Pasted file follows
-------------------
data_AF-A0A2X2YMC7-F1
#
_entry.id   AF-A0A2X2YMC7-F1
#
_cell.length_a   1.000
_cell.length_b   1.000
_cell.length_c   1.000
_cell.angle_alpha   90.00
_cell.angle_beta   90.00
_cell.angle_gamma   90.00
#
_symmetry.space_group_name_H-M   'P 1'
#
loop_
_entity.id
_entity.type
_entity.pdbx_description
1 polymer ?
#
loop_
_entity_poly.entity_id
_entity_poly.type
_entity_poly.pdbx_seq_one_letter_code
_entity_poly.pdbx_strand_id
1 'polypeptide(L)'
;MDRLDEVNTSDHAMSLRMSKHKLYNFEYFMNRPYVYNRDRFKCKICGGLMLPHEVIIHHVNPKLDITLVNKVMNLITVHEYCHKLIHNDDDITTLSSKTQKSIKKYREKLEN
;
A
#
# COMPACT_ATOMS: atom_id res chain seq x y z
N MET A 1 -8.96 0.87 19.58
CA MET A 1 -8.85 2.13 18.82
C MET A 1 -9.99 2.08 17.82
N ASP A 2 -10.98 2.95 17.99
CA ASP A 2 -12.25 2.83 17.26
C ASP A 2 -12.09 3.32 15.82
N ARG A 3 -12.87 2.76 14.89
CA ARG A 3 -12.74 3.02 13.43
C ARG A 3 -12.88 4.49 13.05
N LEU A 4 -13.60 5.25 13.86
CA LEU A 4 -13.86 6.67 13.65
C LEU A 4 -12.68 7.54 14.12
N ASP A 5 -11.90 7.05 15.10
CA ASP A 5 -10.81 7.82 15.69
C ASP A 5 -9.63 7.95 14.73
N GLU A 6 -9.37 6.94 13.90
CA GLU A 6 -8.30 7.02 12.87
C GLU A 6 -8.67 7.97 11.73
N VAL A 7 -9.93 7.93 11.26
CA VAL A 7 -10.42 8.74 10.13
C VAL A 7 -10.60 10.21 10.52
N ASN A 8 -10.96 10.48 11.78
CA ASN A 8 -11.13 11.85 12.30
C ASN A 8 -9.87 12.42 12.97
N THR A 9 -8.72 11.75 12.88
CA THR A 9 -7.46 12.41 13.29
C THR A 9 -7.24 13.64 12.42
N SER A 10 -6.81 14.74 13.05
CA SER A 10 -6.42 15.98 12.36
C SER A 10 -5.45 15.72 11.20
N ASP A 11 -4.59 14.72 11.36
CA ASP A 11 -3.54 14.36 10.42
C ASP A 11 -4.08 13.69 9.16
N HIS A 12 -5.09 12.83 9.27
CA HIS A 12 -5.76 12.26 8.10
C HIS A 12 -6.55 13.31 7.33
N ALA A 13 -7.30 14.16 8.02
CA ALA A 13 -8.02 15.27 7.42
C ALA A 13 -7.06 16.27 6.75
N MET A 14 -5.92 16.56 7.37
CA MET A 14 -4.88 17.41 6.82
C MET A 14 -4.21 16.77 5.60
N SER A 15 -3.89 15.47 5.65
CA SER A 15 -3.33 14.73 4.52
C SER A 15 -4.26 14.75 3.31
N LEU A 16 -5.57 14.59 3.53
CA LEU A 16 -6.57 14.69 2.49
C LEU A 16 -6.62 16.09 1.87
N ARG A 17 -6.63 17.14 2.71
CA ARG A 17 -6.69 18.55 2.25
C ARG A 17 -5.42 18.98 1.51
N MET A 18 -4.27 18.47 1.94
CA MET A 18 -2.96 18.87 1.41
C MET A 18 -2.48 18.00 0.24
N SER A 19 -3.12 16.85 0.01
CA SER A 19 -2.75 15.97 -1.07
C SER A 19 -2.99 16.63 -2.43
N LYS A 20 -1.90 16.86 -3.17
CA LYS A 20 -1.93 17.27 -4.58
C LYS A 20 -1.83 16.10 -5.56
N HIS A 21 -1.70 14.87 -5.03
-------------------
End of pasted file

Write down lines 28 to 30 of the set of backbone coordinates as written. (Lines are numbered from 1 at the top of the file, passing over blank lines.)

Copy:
A
#
# COMPACT_ATOMS: atom_id res chain seq x y z